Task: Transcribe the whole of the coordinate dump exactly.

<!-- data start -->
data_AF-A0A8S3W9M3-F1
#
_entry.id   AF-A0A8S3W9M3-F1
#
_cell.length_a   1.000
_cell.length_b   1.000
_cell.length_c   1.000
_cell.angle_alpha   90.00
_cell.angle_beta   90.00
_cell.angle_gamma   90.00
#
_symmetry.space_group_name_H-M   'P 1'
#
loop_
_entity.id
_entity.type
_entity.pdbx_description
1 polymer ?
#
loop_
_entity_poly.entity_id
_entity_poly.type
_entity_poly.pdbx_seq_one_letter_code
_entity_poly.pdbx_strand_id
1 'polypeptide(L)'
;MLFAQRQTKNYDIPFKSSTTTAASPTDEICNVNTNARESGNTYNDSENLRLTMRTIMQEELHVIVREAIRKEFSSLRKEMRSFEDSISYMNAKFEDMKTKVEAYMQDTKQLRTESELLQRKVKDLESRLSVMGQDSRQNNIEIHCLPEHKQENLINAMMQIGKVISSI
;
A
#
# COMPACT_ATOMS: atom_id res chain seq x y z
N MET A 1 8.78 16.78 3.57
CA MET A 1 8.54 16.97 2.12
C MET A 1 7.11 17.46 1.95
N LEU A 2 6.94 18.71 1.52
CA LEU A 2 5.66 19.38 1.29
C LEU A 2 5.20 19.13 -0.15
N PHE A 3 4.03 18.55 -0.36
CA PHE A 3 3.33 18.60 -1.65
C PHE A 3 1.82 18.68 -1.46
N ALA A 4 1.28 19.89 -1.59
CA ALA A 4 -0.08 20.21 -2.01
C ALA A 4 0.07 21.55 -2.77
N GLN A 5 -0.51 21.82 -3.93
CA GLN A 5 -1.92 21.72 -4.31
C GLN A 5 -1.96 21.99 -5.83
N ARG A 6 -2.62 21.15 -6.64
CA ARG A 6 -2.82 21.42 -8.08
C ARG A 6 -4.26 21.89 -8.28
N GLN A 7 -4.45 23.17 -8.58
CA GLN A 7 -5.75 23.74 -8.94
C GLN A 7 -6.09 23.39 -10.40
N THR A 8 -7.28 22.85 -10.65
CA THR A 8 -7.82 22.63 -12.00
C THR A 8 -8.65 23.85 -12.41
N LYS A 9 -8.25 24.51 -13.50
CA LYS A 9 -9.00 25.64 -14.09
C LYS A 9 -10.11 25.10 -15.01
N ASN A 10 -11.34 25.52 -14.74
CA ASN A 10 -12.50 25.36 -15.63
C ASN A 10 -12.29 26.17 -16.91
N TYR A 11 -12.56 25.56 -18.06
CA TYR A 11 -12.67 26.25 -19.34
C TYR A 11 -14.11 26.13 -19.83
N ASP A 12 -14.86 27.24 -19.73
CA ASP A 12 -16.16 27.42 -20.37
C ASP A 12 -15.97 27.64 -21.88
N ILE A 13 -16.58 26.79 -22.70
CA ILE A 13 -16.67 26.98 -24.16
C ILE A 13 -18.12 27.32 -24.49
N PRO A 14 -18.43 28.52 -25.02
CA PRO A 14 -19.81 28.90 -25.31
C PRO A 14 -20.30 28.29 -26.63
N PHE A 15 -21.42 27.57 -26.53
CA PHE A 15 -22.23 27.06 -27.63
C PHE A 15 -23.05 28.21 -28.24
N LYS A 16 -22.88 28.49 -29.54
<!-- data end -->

data_AF-A0A8S3W9M3-F1
#
_entry.id   AF-A0A8S3W9M3-F1
#
_cell.length_a   1.000
_cell.length_b   1.000
_cell.length_c   1.000
_cell.angle_alpha   90.00
_cell.angle_beta   90.00
_cell.angle_gamma   90.00
#
_symmetry.space_group_name_H-M   'P 1'
#
loop_
_entity.id
_entity.type
_entity.pdbx_description
1 polymer ?
#
loop_
_entity_poly.entity_id
_entity_poly.type
_entity_poly.pdbx_seq_one_letter_code
_entity_poly.pdbx_strand_id
1 'polypeptide(L)'
;MLFAQRQTKNYDIPFKSSTTTAASPTDEICNVNTNARESGNTYNDSENLRLTMRTIMQEELHVIVREAIRKEFSSLRKEMRSFEDSISYMNAKFEDMKTKVEAYMQDTKQLRTESELLQRKVKDLESRLSVMGQDSRQNNIEIHCLPEHKQENLINAMMQIGKVISSI
;
A
#
# COMPACT_ATOMS: atom_id res chain seq x y z
N MET A 1 8.78 16.78 3.57
CA MET A 1 8.54 16.97 2.12
C MET A 1 7.11 17.46 1.95
N LEU A 2 6.94 18.71 1.52
CA LEU A 2 5.66 19.38 1.29
C LEU A 2 5.20 19.13 -0.15
N PHE A 3 4.03 18.55 -0.36
CA PHE A 3 3.33 18.60 -1.65
C PHE A 3 1.82 18.68 -1.46
N ALA A 4 1.28 19.89 -1.59
CA ALA A 4 -0.08 20.21 -2.01
C ALA A 4 0.07 21.55 -2.77
N GLN A 5 -0.51 21.82 -3.93
CA GLN A 5 -1.92 21.72 -4.31
C GLN A 5 -1.96 21.99 -5.83
N ARG A 6 -2.62 21.15 -6.64
CA ARG A 6 -2.82 21.42 -8.08
C ARG A 6 -4.26 21.89 -8.28
N GLN A 7 -4.45 23.17 -8.58
CA GLN A 7 -5.75 23.74 -8.94
C GLN A 7 -6.09 23.39 -10.40
N THR A 8 -7.28 22.85 -10.65
CA THR A 8 -7.82 22.63 -12.00
C THR A 8 -8.65 23.85 -12.41
N LYS A 9 -8.25 24.51 -13.50
CA LYS A 9 -9.00 25.64 -14.09
C LYS A 9 -10.11 25.10 -15.01
N ASN A 10 -11.34 25.52 -14.74
CA ASN A 10 -12.50 25.36 -15.63
C ASN A 10 -12.29 26.17 -16.91
N TYR A 11 -12.56 25.56 -18.06
CA TYR A 11 -12.67 26.25 -19.34
C TYR A 11 -14.11 26.13 -19.83
N ASP A 12 -14.86 27.24 -19.73
CA ASP A 12 -16.16 27.42 -20.37
C ASP A 12 -15.97 27.64 -21.88
N ILE A 13 -16.58 26.79 -22.70
CA ILE A 13 -16.67 26.98 -24.16
C ILE A 13 -18.12 27.32 -24.49
N PRO A 14 -18.43 28.52 -25.02
CA PRO A 14 -19.81 28.90 -25.31
C PRO A 14 -20.30 28.29 -26.63
N PHE A 15 -21.42 27.57 -26.53
CA PHE A 15 -22.23 27.06 -27.63
C PHE A 15 -23.05 28.21 -28.24
N LYS A 16 -22.88 28.49 -29.54